David Newman, North Dakota State University Extension Service swine specialist, says he’s heard of the EPI technology and the Murphy-Brown tests, but isn’t familiar with the details.

Nonetheless, the basic concept appears sound, he says.

“It’s about reducing dust and improving air quality. We know that if you can improve air quality, you’ll improve efficiency in your pigs. That’s been scientifically proven,” Newman says.

USDA roots

The Olivia company’s product builds on research conducted by the U.S. Department of Agriculture’s Agricultural Research Service in Athens, Ga., Baumgartner says.

Baumgartner Environics licensed an ARS patent for the technology to use in agriculture. The company further developed the technology, making improvements and taking costs out of the system.

The Olivia company has submitted several patents of its own to reflect improvements it’s made, he says.

EPI Air is a modular system. One power supply for the system can treat about 15,000 square feet, at a cost approaching $1.70 per square foot, Baumgartner says.

The system installed at the Murphy-Brown facilities in Utah paid for itself in just 75 days, according to Baumgartner Environics.

The cost of operating the system is roughly the same as the cost of running a 100-watt light bulb, Baumgartner says.

No special outlet or wiring is needed, he says.

‘Healthy skepticism’

Baumgartner started Baumgartner Environics in 1989 as an environmental consulting company.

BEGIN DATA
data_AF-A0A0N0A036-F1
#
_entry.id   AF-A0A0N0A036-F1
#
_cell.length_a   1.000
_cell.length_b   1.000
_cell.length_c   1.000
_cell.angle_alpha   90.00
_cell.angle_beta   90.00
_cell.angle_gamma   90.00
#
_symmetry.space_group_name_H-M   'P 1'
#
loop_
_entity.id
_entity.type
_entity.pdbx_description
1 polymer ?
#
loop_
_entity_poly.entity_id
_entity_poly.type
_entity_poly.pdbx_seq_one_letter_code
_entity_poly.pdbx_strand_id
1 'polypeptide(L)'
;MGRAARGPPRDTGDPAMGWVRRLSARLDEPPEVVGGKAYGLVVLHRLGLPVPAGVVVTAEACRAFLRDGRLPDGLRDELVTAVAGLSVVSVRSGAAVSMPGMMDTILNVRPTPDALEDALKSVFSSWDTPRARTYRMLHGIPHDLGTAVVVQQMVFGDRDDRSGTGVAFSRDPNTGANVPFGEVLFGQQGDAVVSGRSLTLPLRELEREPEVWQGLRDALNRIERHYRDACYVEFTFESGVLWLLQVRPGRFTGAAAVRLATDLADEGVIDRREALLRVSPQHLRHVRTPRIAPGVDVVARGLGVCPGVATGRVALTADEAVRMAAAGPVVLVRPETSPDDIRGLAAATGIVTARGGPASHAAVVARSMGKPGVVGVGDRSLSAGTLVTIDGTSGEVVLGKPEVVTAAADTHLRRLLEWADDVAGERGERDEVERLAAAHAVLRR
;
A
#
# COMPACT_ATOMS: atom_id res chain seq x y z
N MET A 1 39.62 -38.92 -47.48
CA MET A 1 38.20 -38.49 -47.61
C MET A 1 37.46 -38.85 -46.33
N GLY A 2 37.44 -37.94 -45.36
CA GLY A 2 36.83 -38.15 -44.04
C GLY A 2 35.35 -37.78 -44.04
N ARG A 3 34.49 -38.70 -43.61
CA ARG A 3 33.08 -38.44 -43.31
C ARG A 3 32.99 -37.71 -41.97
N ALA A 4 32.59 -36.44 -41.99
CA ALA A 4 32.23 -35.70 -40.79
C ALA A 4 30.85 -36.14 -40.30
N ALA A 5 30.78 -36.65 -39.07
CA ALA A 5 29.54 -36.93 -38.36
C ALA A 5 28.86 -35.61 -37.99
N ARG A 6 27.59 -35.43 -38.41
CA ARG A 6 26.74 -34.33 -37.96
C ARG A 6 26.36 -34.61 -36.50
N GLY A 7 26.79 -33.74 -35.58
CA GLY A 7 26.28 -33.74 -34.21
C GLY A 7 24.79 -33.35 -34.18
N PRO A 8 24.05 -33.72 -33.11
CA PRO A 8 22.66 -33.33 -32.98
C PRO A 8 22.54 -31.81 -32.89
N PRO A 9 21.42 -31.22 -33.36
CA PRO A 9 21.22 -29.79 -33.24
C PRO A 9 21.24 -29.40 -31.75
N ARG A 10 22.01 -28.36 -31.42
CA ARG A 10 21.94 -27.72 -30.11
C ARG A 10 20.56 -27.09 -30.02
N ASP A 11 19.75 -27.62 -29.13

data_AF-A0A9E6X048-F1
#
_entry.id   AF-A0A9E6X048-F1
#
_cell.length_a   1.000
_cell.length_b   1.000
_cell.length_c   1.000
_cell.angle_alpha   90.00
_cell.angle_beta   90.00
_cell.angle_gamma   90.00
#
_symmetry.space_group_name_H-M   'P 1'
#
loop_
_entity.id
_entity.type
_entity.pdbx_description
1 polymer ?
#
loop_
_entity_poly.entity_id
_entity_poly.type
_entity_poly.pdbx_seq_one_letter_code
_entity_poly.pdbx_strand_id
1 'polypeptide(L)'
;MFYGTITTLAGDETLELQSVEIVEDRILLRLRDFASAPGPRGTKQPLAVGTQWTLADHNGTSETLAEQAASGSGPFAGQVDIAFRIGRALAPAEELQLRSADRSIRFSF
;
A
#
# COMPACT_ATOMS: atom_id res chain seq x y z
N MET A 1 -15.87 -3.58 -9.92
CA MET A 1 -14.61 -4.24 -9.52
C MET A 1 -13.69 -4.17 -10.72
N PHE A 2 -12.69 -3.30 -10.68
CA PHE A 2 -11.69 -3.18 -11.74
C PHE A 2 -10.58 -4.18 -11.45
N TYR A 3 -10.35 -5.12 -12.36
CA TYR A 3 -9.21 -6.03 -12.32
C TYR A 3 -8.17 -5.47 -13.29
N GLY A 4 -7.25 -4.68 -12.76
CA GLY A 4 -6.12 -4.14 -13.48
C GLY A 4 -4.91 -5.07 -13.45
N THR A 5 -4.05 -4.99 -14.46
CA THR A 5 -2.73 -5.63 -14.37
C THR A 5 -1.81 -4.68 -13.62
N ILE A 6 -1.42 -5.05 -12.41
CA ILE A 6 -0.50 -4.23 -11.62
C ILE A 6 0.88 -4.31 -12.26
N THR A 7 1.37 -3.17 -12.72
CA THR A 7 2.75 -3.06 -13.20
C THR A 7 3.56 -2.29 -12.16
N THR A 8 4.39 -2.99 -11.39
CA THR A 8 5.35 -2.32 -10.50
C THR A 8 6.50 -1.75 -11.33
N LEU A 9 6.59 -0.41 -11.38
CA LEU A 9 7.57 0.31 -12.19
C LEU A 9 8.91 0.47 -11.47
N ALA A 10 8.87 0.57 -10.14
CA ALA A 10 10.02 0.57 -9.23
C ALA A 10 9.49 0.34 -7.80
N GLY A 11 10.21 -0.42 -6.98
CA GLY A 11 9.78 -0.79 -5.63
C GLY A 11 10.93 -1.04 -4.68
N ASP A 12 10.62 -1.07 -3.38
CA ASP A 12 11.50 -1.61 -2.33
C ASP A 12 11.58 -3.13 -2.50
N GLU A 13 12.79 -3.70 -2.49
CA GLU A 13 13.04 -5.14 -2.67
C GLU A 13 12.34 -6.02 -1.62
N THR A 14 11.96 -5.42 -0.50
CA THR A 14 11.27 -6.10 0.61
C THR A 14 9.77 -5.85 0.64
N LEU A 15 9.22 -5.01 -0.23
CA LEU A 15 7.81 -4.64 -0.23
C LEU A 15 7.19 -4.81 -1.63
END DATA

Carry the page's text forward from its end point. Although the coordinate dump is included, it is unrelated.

Later, it became an environmental products company, focusing on providing systems to agriculture that address environmental issues and contribute to profitability.

Baumgartner Environics’ next product is EPA Air II. Billed as an improved version of the original technology, it will be released in April. The next version will, among other things, concentrate on providing cleaner air in the “pig breathing zone,” according to the company.

Some people have what Baumgartner calls “general healthy skepticism” to the product.

“The commercial data is so good that most people find it hard to believe.  That causes skepticism. You can’t see these ions. It’s like ‘How can this possibly work? It doesn’t cost much to operate. How can this work?’” he says.

In time though, “It’s going to become understood that this is a technology everyone producing confinement livestock in the future will adopt in their operation,” Baumgartner says.

“I think it’s game-changing technology,” he says.

The Value of Clean Air – $3.16 per Pig

The world’s largest hog producer, Murphy-Brown LLC, recently installed EPI Air in its Circle Four commercial nurseries in Milford, Utah. After only 5 months, 600,000 nursery pigs treated with EPI Air generated an additional $1,896,000 in profit. Based on 194,000 nursery spaces, the enhanced clean air environment created by EPI Air added $3.16 per pig placed.